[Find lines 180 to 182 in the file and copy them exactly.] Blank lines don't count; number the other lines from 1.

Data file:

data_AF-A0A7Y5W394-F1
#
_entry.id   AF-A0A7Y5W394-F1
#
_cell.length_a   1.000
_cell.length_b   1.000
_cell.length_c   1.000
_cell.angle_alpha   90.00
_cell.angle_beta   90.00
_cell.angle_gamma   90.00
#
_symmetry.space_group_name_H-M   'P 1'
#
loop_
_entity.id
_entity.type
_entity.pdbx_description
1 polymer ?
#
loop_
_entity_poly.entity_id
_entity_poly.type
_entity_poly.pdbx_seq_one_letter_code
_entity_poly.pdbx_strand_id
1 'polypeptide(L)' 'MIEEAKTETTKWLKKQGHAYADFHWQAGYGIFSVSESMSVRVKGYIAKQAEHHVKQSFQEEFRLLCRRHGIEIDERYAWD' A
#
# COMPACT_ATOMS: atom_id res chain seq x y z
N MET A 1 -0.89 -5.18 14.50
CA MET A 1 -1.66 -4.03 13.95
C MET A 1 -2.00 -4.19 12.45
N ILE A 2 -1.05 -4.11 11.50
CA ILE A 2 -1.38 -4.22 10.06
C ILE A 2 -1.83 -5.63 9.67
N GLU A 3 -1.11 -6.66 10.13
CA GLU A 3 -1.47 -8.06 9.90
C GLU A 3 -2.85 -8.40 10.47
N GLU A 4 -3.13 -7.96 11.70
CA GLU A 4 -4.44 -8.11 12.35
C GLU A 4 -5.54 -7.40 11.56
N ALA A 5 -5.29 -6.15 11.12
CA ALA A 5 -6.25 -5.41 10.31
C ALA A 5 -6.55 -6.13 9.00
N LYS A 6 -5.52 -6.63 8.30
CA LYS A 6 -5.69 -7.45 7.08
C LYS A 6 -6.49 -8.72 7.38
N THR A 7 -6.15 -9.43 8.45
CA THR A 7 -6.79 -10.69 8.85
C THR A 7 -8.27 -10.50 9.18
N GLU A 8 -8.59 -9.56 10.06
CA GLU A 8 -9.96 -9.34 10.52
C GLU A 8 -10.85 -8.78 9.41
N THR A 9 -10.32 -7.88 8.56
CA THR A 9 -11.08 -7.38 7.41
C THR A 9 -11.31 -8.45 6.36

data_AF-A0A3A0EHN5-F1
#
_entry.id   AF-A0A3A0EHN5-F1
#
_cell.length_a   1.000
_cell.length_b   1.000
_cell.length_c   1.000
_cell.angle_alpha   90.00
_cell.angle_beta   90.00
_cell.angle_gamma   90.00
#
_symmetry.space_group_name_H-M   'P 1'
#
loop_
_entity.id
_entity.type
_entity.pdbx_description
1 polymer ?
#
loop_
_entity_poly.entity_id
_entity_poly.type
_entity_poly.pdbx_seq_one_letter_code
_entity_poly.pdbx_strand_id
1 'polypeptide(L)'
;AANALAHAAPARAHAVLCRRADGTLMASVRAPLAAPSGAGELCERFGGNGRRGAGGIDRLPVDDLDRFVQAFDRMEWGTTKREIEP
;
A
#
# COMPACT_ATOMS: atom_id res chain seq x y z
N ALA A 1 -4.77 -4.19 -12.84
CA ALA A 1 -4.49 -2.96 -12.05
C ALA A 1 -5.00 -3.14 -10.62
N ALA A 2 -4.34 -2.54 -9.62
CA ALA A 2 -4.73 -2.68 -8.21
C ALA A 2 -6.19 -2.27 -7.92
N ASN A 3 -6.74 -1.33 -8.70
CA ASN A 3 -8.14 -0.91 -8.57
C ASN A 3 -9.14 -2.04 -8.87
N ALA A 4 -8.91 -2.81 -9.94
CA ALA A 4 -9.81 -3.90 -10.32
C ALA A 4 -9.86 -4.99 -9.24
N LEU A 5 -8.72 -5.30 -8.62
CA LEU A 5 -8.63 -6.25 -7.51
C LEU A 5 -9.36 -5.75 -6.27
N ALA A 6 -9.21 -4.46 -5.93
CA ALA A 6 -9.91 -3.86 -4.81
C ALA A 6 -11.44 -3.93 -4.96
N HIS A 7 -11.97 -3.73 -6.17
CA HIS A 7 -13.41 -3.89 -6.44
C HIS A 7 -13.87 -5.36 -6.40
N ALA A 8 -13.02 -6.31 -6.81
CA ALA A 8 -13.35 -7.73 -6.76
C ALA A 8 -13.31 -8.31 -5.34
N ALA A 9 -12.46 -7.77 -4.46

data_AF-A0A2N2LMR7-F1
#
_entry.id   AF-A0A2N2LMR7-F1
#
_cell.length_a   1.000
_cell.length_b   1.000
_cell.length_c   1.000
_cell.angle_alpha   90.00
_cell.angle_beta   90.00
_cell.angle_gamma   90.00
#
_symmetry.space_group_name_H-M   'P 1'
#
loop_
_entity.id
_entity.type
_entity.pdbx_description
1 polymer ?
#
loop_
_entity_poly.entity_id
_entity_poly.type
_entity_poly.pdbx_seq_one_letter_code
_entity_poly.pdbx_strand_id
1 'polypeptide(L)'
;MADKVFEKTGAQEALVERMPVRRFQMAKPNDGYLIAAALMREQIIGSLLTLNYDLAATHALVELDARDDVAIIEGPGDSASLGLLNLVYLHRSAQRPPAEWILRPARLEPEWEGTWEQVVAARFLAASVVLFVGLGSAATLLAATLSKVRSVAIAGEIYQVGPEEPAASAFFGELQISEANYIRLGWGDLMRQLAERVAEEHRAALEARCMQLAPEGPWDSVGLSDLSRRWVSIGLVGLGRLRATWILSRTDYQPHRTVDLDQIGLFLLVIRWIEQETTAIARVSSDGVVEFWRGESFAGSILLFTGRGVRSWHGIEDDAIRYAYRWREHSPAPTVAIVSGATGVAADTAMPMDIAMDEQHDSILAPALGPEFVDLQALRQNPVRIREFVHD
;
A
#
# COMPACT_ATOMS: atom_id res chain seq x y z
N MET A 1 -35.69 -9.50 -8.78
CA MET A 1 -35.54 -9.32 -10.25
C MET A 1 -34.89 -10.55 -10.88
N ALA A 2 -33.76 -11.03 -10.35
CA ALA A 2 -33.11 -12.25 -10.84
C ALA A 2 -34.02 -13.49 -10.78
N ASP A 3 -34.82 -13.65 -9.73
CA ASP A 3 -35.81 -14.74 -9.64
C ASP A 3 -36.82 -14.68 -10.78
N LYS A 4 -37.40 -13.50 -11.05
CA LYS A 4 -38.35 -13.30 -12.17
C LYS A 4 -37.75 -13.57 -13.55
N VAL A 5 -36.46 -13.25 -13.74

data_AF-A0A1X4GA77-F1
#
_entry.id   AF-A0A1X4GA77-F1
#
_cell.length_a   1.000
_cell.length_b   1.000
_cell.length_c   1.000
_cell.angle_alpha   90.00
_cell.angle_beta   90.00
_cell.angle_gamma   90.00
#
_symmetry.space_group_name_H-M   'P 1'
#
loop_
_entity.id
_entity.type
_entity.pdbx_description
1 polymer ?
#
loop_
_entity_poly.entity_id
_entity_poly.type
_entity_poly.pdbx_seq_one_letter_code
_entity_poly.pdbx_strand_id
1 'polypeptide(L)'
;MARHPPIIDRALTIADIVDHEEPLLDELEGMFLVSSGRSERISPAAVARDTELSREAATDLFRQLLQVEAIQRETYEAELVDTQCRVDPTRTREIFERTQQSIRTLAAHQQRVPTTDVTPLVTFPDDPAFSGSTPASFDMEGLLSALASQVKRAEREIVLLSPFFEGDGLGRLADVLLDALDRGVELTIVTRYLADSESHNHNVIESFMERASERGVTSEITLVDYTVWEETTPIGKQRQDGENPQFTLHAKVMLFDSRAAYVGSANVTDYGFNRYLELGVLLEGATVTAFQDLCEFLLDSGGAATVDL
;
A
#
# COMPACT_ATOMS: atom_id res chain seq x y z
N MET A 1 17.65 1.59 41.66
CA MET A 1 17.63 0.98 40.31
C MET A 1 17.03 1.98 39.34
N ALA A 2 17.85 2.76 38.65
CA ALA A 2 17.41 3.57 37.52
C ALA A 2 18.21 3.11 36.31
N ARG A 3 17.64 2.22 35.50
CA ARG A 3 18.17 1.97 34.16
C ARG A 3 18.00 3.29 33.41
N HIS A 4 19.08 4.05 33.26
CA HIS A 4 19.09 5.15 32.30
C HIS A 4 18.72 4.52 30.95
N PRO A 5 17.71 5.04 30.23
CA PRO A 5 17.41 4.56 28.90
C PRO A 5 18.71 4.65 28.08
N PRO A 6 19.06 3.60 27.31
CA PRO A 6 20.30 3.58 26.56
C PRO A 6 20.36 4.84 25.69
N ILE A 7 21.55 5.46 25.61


A
#
# COMPACT_ATOMS: atom_id res chain seq x y z